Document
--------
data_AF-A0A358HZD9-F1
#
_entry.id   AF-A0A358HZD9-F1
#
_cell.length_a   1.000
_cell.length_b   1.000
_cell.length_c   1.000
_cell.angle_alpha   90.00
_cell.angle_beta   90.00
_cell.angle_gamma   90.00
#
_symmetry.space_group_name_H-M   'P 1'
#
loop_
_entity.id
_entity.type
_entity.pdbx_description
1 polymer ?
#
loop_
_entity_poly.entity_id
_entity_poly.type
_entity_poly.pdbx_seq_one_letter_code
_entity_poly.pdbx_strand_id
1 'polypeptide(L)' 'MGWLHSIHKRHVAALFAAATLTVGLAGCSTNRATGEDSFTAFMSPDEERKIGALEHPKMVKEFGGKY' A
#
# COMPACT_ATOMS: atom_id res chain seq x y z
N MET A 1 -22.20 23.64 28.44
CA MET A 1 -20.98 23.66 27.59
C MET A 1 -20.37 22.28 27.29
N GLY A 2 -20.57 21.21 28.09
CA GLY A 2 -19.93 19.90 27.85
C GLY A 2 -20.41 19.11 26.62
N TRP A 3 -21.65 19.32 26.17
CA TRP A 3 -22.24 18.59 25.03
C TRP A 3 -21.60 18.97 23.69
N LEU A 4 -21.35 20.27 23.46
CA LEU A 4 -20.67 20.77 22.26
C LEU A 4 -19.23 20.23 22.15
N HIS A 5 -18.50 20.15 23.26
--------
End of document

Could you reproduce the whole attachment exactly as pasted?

data_AF-A0A358HZD9-F1
#
_entry.id   AF-A0A358HZD9-F1
#
_cell.length_a   1.000
_cell.length_b   1.000
_cell.length_c   1.000
_cell.angle_alpha   90.00
_cell.angle_beta   90.00
_cell.angle_gamma   90.00
#
_symmetry.space_group_name_H-M   'P 1'
#
loop_
_entity.id
_entity.type
_entity.pdbx_description
1 polymer ?
#
loop_
_entity_poly.entity_id
_entity_poly.type
_entity_poly.pdbx_seq_one_letter_code
_entity_poly.pdbx_strand_id
1 'polypeptide(L)' 'MGWLHSIHKRHVAALFAAATLTVGLAGCSTNRATGEDSFTAFMSPDEERKIGALEHPKMVKEFGGKY' A
#
# COMPACT_ATOMS: atom_id res chain seq x y z
N MET A 1 -22.20 23.64 28.44
CA MET A 1 -20.98 23.66 27.59
C MET A 1 -20.37 22.28 27.29
N GLY A 2 -20.57 21.21 28.09
CA GLY A 2 -19.93 19.90 27.85
C GLY A 2 -20.41 19.11 26.62
N TRP A 3 -21.65 19.32 26.17
CA TRP A 3 -22.24 18.59 25.03
C TRP A 3 -21.60 18.97 23.69
N LEU A 4 -21.35 20.27 23.46
CA LEU A 4 -20.67 20.77 22.26
C LEU A 4 -19.23 20.23 22.15
N HIS A 5 -18.50 20.15 23.26